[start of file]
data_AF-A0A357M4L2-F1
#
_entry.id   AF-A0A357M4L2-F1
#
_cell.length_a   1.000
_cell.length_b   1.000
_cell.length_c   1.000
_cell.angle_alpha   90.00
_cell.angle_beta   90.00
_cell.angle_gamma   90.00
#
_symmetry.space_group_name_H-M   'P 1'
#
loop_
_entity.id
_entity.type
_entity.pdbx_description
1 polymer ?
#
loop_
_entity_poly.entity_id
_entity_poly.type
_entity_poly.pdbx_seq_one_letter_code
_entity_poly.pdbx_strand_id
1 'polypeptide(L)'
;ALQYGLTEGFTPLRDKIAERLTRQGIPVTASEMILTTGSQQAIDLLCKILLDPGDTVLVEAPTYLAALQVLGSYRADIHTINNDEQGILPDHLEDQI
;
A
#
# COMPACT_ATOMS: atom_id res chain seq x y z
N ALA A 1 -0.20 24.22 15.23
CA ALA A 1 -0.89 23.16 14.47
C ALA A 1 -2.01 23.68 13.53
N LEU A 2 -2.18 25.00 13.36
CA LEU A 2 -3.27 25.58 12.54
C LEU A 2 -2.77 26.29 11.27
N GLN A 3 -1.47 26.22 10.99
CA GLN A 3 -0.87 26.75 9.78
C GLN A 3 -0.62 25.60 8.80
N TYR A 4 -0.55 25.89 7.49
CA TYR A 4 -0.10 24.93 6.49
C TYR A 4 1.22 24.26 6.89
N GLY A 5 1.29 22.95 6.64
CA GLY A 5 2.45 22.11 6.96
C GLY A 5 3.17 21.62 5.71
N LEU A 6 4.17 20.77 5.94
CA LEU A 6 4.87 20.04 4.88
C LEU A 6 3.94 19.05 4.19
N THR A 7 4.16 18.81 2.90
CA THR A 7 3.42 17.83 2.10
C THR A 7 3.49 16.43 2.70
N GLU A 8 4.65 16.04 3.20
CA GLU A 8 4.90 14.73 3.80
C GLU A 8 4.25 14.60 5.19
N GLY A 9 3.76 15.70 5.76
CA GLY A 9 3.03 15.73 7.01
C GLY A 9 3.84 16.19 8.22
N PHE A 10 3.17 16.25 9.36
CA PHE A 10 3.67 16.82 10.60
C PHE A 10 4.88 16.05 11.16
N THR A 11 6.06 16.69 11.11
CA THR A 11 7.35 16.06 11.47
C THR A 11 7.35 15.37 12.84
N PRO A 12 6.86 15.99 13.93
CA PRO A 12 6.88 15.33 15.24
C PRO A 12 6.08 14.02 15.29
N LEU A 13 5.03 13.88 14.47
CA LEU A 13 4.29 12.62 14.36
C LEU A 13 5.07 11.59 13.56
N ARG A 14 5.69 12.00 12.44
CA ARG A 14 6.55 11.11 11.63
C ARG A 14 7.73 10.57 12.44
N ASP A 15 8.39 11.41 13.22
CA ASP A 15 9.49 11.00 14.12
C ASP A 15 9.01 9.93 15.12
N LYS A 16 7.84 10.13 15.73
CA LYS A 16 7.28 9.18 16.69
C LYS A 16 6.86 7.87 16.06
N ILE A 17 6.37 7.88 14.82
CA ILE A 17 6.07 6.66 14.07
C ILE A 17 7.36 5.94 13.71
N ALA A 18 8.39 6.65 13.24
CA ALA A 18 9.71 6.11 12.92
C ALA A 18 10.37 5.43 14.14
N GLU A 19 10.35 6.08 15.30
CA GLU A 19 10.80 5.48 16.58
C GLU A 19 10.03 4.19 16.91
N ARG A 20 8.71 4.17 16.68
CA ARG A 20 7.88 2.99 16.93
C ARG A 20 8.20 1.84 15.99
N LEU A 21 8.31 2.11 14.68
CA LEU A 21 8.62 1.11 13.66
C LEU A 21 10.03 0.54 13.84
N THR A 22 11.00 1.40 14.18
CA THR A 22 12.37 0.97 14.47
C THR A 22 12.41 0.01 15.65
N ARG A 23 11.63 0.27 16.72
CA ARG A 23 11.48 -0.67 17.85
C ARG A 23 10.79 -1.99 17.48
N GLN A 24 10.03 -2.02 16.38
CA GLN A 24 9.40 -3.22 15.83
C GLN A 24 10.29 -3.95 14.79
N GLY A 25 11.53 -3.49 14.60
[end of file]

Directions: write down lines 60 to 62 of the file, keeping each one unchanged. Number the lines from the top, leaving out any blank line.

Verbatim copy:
C PHE A 10 4.88 16.05 11.16
N THR A 11 6.06 16.69 11.11
CA THR A 11 7.35 16.06 11.47